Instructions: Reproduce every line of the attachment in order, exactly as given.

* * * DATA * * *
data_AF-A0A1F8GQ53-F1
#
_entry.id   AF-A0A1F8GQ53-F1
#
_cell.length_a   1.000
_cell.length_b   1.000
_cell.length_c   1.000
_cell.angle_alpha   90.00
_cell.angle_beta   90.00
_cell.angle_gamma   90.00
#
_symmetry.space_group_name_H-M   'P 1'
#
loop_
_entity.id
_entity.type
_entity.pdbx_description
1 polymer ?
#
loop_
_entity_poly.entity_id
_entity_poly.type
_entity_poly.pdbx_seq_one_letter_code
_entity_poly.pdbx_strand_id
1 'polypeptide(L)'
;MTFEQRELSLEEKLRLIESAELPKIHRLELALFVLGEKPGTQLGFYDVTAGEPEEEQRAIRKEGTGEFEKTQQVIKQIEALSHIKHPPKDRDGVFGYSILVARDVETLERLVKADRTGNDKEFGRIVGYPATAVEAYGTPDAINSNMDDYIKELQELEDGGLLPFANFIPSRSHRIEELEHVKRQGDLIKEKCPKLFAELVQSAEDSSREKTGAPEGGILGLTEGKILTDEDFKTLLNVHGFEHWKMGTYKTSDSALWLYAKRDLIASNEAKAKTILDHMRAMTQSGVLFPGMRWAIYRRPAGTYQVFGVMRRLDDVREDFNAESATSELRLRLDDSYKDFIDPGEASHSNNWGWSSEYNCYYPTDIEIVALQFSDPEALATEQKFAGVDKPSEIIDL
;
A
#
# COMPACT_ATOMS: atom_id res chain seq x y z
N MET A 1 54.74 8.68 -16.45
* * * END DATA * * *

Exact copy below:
data_AF-A0A1F8GQ53-F1
#
_entry.id   AF-A0A1F8GQ53-F1
#
_cell.length_a   1.000
_cell.length_b   1.000
_cell.length_c   1.000
_cell.angle_alpha   90.00
_cell.angle_beta   90.00
_cell.angle_gamma   90.00
#
_symmetry.space_group_name_H-M   'P 1'
#
loop_
_entity.id
_entity.type
_entity.pdbx_description
1 polymer ?
#
loop_
_entity_poly.entity_id
_entity_poly.type
_entity_poly.pdbx_seq_one_letter_code
_entity_poly.pdbx_strand_id
1 'polypeptide(L)'
;MTFEQRELSLEEKLRLIESAELPKIHRLELALFVLGEKPGTQLGFYDVTAGEPEEEQRAIRKEGTGEFEKTQQVIKQIEALSHIKHPPKDRDGVFGYSILVARDVETLERLVKADRTGNDKEFGRIVGYPATAVEAYGTPDAINSNMDDYIKELQELEDGGLLPFANFIPSRSHRIEELEHVKRQGDLIKEKCPKLFAELVQSAEDSSREKTGAPEGGILGLTEGKILTDEDFKTLLNVHGFEHWKMGTYKTSDSALWLYAKRDLIASNEAKAKTILDHMRAMTQSGVLFPGMRWAIYRRPAGTYQVFGVMRRLDDVREDFNAESATSELRLRLDDSYKDFIDPGEASHSNNWGWSSEYNCYYPTDIEIVALQFSDPEALATEQKFAGVDKPSEIIDL
;
A
#
# COMPACT_ATOMS: atom_id res chain seq x y z
N MET A 1 54.74 8.68 -16.45